Before flying to Australia for the first Grand Slam of the season, Roberto Bautista Agut spent some time with compatriot Rafael Nadal to refine the preparation. The two are close friends off the pitch and will join forces to lead their national team in the second edition of the ATP Cup.
The 20-time Grand Slam champion has taken care of every detail in preparation for the Australian Open, which he has won only once in all. his career (in 2009) and where last year he was folded by Dominic Thiem in the quarterfinals.
The 34-year-old Majorcan played his last final in the Happy Slam two years ago, when a wild Novak Djokovic dealt him a very severe blow on the Rod Laver Arena. During an interview for the ATP website, Jose Vendrell - coach of Bautista Agut - commented on the training sessions between his protégé and the former world number 1.
Vendrell illustrated how Rafa always plays at maximum intensity, also forcing his sparring partners to raise the bar to keep up with him.
Vendrell on Rafael Nadal's intensity
"Rafael Nadal raises your level in all aspects," Jose Vendrell said.
"He sets a (high) bar and a supernatural demand with a lot of intensity in training. That helps a lot. They were very good days, of great quality for both of us." Venrdrell asserted that Rafael Nadal pushes his practice partners to their absolute limit.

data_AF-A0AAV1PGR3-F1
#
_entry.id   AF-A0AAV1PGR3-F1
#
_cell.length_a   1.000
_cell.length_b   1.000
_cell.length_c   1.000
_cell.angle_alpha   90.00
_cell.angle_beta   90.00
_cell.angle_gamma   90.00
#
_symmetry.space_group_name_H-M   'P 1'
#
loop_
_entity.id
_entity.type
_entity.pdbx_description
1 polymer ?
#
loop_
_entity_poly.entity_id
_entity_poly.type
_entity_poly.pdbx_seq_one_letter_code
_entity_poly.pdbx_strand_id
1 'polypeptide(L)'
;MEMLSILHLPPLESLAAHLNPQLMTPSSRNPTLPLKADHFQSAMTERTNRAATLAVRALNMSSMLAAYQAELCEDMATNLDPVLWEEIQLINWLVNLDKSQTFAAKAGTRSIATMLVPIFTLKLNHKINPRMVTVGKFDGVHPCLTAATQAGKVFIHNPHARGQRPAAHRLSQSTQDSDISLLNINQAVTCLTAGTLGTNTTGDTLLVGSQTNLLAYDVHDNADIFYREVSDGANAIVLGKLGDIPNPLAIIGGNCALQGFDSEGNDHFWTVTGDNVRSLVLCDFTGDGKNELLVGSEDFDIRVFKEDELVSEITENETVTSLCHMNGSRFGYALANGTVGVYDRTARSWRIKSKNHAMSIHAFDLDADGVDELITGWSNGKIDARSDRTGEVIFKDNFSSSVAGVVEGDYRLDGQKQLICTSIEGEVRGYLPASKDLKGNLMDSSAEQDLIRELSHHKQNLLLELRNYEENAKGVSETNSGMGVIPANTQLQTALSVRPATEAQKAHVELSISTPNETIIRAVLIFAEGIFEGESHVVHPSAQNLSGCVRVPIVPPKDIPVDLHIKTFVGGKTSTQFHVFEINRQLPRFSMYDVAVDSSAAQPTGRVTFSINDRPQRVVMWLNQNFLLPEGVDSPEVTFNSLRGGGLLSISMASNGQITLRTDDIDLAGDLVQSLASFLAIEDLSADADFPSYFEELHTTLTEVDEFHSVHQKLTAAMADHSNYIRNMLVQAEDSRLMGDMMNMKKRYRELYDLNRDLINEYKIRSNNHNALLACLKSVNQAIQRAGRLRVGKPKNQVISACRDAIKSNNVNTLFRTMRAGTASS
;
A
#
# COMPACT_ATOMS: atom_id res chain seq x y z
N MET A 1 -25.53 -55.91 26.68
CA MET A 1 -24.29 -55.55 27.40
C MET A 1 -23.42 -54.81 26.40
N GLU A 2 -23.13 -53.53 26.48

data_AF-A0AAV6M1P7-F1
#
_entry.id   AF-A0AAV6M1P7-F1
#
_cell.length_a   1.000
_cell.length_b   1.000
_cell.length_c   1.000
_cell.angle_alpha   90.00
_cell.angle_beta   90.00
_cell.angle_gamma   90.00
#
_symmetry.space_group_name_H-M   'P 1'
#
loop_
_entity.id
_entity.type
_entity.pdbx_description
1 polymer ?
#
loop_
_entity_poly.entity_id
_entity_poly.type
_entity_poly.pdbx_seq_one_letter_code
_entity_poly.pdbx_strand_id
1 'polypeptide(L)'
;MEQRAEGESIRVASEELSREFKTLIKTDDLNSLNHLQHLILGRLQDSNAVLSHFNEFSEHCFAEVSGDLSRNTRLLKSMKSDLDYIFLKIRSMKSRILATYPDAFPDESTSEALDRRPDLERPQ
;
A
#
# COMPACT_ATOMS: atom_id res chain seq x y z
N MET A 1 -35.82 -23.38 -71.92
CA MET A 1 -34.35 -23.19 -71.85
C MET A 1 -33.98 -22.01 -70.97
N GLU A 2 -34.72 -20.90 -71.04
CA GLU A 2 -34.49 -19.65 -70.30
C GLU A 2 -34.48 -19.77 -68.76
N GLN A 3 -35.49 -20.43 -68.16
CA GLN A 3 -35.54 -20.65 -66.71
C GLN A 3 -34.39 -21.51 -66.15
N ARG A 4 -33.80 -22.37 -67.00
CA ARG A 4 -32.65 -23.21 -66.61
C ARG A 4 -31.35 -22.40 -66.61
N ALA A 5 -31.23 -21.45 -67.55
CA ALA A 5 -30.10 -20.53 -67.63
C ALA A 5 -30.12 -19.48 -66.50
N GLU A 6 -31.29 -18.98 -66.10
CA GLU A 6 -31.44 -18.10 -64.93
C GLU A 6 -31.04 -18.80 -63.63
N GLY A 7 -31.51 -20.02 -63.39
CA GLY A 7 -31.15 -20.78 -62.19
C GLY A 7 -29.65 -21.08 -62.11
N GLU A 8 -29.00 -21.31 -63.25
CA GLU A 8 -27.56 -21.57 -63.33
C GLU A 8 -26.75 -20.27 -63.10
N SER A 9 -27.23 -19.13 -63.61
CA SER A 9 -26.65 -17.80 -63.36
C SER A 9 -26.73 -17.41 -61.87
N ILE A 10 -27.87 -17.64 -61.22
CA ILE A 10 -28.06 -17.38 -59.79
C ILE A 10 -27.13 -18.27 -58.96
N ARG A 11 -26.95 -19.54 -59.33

He also pointed out that the Spaniard's competitive streak is evident even in his training sessions. "(With) Rafael Nadal, the margins of error do not exist, if you make a little mistake he takes advantage of it very well," Vendrell added.
"It takes a lot of intensity, start each point aggressively, even if you hit hard and you know well that you can reach the defensive phase because he counterattacks... he raises the physical, tennis, mental and tactical levels.
It is like a centrifuge. He takes you out of your comfort zone, removes everything from within and demands a lot from you." Vendrell believes that training with Bautista Agut would have also been beneficial for Rafael Nadal, especially since Bautista Agust is equally intense and serious about his practice sessions.
"I don't think there is much difference between how they train and how they compete, bridging the gap because competing always creates more stress," Vendrell added. "But at the level of intensity and seriousness, the two get very involved.
For both of them it has been positive because having a player of Roberto's quality and intensity will also have added to him (Rafael Nadal) and will have focused him a little more even if possible for the beginning of the year."